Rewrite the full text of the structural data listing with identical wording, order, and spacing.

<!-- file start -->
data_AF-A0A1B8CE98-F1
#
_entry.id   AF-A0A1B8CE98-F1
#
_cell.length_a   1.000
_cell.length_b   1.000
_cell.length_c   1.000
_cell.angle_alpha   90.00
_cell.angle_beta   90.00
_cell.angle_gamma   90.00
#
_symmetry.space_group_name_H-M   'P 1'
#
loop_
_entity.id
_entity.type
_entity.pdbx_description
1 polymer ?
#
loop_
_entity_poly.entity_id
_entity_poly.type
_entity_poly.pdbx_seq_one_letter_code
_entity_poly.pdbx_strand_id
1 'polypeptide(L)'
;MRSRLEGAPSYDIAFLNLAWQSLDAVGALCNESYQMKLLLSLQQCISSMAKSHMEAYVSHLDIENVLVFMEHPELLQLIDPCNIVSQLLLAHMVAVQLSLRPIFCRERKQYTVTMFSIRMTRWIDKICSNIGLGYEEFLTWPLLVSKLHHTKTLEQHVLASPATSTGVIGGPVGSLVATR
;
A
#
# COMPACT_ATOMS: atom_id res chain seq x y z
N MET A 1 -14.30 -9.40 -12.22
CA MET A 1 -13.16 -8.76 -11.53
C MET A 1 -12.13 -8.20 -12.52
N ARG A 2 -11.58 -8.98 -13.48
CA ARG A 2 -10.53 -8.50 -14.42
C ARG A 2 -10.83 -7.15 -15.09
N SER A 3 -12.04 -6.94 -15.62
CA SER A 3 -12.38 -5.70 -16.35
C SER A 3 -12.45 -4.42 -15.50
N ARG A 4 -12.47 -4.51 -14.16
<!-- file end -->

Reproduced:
data_AF-A0A1B8CE98-F1
#
_entry.id   AF-A0A1B8CE98-F1
#
_cell.length_a   1.000
_cell.length_b   1.000
_cell.length_c   1.000
_cell.angle_alpha   90.00
_cell.angle_beta   90.00
_cell.angle_gamma   90.00
#
_symmetry.space_group_name_H-M   'P 1'
#
loop_
_entity.id
_entity.type
_entity.pdbx_description
1 polymer ?
#
loop_
_entity_poly.entity_id
_entity_poly.type
_entity_poly.pdbx_seq_one_letter_code
_entity_poly.pdbx_strand_id
1 'polypeptide(L)'
;MRSRLEGAPSYDIAFLNLAWQSLDAVGALCNESYQMKLLLSLQQCISSMAKSHMEAYVSHLDIENVLVFMEHPELLQLIDPCNIVSQLLLAHMVAVQLSLRPIFCRERKQYTVTMFSIRMTRWIDKICSNIGLGYEEFLTWPLLVSKLHHTKTLEQHVLASPATSTGVIGGPVGSLVATR
;
A
#
# COMPACT_ATOMS: atom_id res chain seq x y z
N MET A 1 -14.30 -9.40 -12.22
CA MET A 1 -13.16 -8.76 -11.53
C MET A 1 -12.13 -8.20 -12.52
N ARG A 2 -11.58 -8.98 -13.48
CA ARG A 2 -10.53 -8.50 -14.42
C ARG A 2 -10.83 -7.15 -15.09
N SER A 3 -12.04 -6.94 -15.62
CA SER A 3 -12.38 -5.70 -16.35
C SER A 3 -12.45 -4.42 -15.50
N ARG A 4 -12.47 -4.51 -14.16